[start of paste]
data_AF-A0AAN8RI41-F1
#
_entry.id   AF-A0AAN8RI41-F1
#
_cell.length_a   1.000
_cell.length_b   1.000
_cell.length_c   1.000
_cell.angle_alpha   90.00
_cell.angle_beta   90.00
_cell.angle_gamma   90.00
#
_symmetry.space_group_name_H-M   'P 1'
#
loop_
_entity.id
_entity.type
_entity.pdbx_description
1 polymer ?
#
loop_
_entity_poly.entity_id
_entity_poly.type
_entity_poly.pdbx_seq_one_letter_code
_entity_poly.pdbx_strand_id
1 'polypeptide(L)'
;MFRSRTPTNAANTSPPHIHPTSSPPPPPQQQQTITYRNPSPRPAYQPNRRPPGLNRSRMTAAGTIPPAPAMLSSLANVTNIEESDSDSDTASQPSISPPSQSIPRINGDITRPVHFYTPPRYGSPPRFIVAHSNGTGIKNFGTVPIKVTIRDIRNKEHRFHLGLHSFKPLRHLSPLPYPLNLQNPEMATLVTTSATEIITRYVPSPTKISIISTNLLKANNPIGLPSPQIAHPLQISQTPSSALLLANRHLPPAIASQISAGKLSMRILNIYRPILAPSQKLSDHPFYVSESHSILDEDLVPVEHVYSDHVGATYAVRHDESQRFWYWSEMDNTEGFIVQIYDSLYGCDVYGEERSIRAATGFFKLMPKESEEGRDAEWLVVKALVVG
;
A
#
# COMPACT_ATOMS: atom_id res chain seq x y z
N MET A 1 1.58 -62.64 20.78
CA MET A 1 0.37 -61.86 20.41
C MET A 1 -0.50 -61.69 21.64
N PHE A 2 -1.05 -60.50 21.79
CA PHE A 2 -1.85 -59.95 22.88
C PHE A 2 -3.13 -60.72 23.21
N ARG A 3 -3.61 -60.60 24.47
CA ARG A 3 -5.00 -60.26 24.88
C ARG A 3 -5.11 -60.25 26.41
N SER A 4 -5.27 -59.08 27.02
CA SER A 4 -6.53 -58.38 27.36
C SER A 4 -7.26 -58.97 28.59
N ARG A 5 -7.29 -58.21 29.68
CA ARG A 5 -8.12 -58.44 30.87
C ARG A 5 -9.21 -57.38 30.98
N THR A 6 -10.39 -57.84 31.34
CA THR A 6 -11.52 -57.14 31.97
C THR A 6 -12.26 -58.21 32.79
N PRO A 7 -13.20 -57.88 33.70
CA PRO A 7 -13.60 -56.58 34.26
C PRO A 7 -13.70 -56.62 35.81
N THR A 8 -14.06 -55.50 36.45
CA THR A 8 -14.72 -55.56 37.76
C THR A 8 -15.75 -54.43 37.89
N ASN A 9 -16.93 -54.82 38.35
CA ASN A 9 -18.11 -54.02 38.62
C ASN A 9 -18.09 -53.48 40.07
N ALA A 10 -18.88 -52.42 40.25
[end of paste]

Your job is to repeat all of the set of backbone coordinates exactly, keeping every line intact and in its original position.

data_AF-A0AAN8RI41-F1
#
_entry.id   AF-A0AAN8RI41-F1
#
_cell.length_a   1.000
_cell.length_b   1.000
_cell.length_c   1.000
_cell.angle_alpha   90.00
_cell.angle_beta   90.00
_cell.angle_gamma   90.00
#
_symmetry.space_group_name_H-M   'P 1'
#
loop_
_entity.id
_entity.type
_entity.pdbx_description
1 polymer ?
#
loop_
_entity_poly.entity_id
_entity_poly.type
_entity_poly.pdbx_seq_one_letter_code
_entity_poly.pdbx_strand_id
1 'polypeptide(L)'
;MFRSRTPTNAANTSPPHIHPTSSPPPPPQQQQTITYRNPSPRPAYQPNRRPPGLNRSRMTAAGTIPPAPAMLSSLANVTNIEESDSDSDTASQPSISPPSQSIPRINGDITRPVHFYTPPRYGSPPRFIVAHSNGTGIKNFGTVPIKVTIRDIRNKEHRFHLGLHSFKPLRHLSPLPYPLNLQNPEMATLVTTSATEIITRYVPSPTKISIISTNLLKANNPIGLPSPQIAHPLQISQTPSSALLLANRHLPPAIASQISAGKLSMRILNIYRPILAPSQKLSDHPFYVSESHSILDEDLVPVEHVYSDHVGATYAVRHDESQRFWYWSEMDNTEGFIVQIYDSLYGCDVYGEERSIRAATGFFKLMPKESEEGRDAEWLVVKALVVG
;
A
#
# COMPACT_ATOMS: atom_id res chain seq x y z
N MET A 1 1.58 -62.64 20.78
CA MET A 1 0.37 -61.86 20.41
C MET A 1 -0.50 -61.69 21.64
N PHE A 2 -1.05 -60.50 21.79
CA PHE A 2 -1.85 -59.95 22.88
C PHE A 2 -3.13 -60.72 23.21
N ARG A 3 -3.61 -60.60 24.47
CA ARG A 3 -5.00 -60.26 24.88
C ARG A 3 -5.11 -60.25 26.41
N SER A 4 -5.27 -59.08 27.02
CA SER A 4 -6.53 -58.38 27.36
C SER A 4 -7.26 -58.97 28.59
N ARG A 5 -7.29 -58.21 29.68
CA ARG A 5 -8.12 -58.44 30.87
C ARG A 5 -9.21 -57.38 30.98
N THR A 6 -10.39 -57.84 31.34
CA THR A 6 -11.52 -57.14 31.97
C THR A 6 -12.26 -58.21 32.79
N PRO A 7 -13.20 -57.88 33.70
CA PRO A 7 -13.60 -56.58 34.26
C PRO A 7 -13.70 -56.62 35.81
N THR A 8 -14.06 -55.50 36.45
CA THR A 8 -14.72 -55.56 37.76
C THR A 8 -15.75 -54.43 37.89
N ASN A 9 -16.93 -54.82 38.35
CA ASN A 9 -18.11 -54.02 38.62
C ASN A 9 -18.09 -53.48 40.07
N ALA A 10 -18.88 -52.42 40.25